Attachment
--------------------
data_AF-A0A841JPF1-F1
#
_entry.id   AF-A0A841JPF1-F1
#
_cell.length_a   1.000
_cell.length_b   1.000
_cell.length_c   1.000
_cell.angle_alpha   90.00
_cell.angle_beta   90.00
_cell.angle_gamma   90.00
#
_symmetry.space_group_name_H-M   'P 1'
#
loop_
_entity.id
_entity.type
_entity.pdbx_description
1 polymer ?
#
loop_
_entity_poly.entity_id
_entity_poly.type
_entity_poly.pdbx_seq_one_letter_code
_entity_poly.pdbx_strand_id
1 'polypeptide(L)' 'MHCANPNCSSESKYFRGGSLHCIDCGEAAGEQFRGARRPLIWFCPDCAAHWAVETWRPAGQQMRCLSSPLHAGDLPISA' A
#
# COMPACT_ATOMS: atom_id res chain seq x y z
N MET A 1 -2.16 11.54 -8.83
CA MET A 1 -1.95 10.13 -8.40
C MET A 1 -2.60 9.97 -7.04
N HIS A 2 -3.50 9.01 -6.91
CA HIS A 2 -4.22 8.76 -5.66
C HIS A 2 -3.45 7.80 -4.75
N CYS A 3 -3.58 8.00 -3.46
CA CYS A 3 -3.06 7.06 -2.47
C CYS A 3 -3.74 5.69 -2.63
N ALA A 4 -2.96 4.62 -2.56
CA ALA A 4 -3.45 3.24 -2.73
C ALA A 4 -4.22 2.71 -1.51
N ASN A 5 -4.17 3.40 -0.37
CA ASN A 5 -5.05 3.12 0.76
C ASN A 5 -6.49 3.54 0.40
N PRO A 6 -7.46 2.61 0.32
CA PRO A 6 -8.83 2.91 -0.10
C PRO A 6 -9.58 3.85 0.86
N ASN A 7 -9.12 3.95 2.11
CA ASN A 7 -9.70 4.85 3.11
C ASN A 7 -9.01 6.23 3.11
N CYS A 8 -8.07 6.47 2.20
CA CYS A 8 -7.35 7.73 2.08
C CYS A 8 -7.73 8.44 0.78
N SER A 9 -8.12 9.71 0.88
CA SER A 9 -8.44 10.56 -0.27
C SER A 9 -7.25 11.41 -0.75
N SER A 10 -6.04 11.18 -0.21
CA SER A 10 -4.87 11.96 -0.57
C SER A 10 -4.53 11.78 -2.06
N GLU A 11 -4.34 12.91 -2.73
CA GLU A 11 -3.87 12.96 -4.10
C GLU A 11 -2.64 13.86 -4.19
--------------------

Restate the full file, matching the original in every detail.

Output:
data_AF-A0A841JPF1-F1
#
_entry.id   AF-A0A841JPF1-F1
#
_cell.length_a   1.000
_cell.length_b   1.000
_cell.length_c   1.000
_cell.angle_alpha   90.00
_cell.angle_beta   90.00
_cell.angle_gamma   90.00
#
_symmetry.space_group_name_H-M   'P 1'
#
loop_
_entity.id
_entity.type
_entity.pdbx_description
1 polymer ?
#
loop_
_entity_poly.entity_id
_entity_poly.type
_entity_poly.pdbx_seq_one_letter_code
_entity_poly.pdbx_strand_id
1 'polypeptide(L)' 'MHCANPNCSSESKYFRGGSLHCIDCGEAAGEQFRGARRPLIWFCPDCAAHWAVETWRPAGQQMRCLSSPLHAGDLPISA' A
#
# COMPACT_ATOMS: atom_id res chain seq x y z
N MET A 1 -2.16 11.54 -8.83
CA MET A 1 -1.95 10.13 -8.40
C MET A 1 -2.60 9.97 -7.04
N HIS A 2 -3.50 9.01 -6.91
CA HIS A 2 -4.22 8.76 -5.66
C HIS A 2 -3.45 7.80 -4.75
N CYS A 3 -3.58 8.00 -3.46
CA CYS A 3 -3.06 7.06 -2.47
C CYS A 3 -3.74 5.69 -2.63
N ALA A 4 -2.96 4.62 -2.56
CA ALA A 4 -3.45 3.24 -2.73
C ALA A 4 -4.22 2.71 -1.51
N ASN A 5 -4.17 3.40 -0.37
CA ASN A 5 -5.05 3.12 0.76
C ASN A 5 -6.49 3.54 0.40
N PRO A 6 -7.46 2.61 0.32
CA PRO A 6 -8.83 2.91 -0.10
C PRO A 6 -9.58 3.85 0.86
N ASN A 7 -9.12 3.95 2.11
CA ASN A 7 -9.70 4.85 3.11
C ASN A 7 -9.01 6.23 3.11
N CYS A 8 -8.07 6.47 2.20
CA CYS A 8 -7.35 7.73 2.08
C CYS A 8 -7.73 8.44 0.78
N SER A 9 -8.12 9.71 0.88
CA SER A 9 -8.44 10.56 -0.27
C SER A 9 -7.25 11.41 -0.75
N SER A 10 -6.04 11.18 -0.21
CA SER A 10 -4.87 11.96 -0.57
C SER A 10 -4.53 11.78 -2.06
N GLU A 11 -4.34 12.91 -2.73
CA GLU A 11 -3.87 12.96 -4.10
C GLU A 11 -2.64 13.86 -4.19